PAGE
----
Ensemble by Death Blues

'Ensemble' offers up a suffocating collection of percussive, cacophonous compositions from art rock crew Death Blues. Jon Mueller is at the forefront, so of course this thing is fronted by an intense drum performance, while the violins and strings swell and tremble around him in fear. The record comes with supplementary essays about "presence and experience". Recommended for fans of A Silver Mt Zion and the Dirty Three, if they could terrify you just that little bit extra.

Vinyl LP £28.99 RPLX002

Jon Mueller & William Fritch's collaboration LP on Rhythmplex packaged in a deluxe 16-page full colour hardback book.

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REVIEWS

Ensemble by Death Blues
1 review. Write a review for us »
9/10 Robin 01 October 2014

'Ensemble' is the kind of record that reminds you we're all going to die and leave nothing behind, so let's just make something ridiculous, loud, and impossible -- something that, even if it's just for an hour, is bigger than the world itself. I've heard that huge, monolithic sound once already this year, in another post-rock driven record that threw caution to the wind and just strummed, thrummed and screamed until the world was red in the face with it: that was A Silver Mt Zion's 'Fuck Off Get Free We Pour Light On Everything'. But 'Ensemble', its otherworldly, acoustically arranged sibling, might be even better: its freewheeling ambitions mean even more, and it captures as many human emotions as it can with a small sample of the world that composes and performs like they've run the gamut.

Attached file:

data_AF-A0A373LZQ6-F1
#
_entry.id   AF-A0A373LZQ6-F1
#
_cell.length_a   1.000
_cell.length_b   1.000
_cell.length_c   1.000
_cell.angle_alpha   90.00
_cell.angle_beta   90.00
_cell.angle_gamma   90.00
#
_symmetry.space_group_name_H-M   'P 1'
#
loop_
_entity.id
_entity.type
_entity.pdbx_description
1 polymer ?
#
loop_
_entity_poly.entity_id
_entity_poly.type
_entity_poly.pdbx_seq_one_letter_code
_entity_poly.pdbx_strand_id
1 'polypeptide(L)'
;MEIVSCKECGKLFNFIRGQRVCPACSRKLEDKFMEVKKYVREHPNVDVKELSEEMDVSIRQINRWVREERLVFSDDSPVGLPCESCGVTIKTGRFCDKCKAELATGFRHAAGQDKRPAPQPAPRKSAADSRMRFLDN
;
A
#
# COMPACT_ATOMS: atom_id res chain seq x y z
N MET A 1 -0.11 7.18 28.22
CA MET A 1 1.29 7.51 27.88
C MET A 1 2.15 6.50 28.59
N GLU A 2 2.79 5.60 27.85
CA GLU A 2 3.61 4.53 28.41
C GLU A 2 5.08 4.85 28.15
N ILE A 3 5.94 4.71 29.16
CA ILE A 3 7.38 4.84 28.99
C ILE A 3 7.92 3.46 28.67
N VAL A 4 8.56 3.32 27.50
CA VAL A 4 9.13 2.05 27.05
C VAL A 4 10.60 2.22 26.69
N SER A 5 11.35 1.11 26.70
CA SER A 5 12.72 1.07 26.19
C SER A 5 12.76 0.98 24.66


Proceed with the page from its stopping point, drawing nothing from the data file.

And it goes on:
Also, I have a question: is Jon Mueller actually just Michael Gira? There's that thing Gira does when he's on stage and his band aren't violent and vitriolic enough for him -- he waves and shouts at them until he can barely breathe and they're chewing their tobacco way, way harder. Jon Mueller's expectations on his band -- to be completely vulnerable and totally expressive, emoting with every note and percussive snap -- make 'Ensemble' a record that gets exponentially more epic, the gestures becoming more sweeping, the strings sharper. Should Jon Mueller and Michael Gira write an apocalypse movie? Probably.

'Ensemble' is a reminder that this kind of Big Sound, which can be made by anyone from M83 to Swans to fucking U2, if you want, can be made out of the textures in the ground. This record is pure and earthly, the acoustic arrangements loud and sweltering, and making for some of the most aggressive music I've heard this year -- but all without an overload of caustic feedback and the usual mountain of effects. For a record so obsessed with masks and barriers, it has none: it's ecstatic, and it's naked. 

It's hard not to get pulled in by the sheer force of this thing -- the guitars are ferocious, the strings hopeful, the chimes beautiful and the percussion desperate. It's one of the biggest contradictions of the year, pushing a torrent of emotional states through the wind at the same time. Because, Jon Mueller, ain't that just life? "We're all going to die though", he tells me. So listen to 'Ensemble'.


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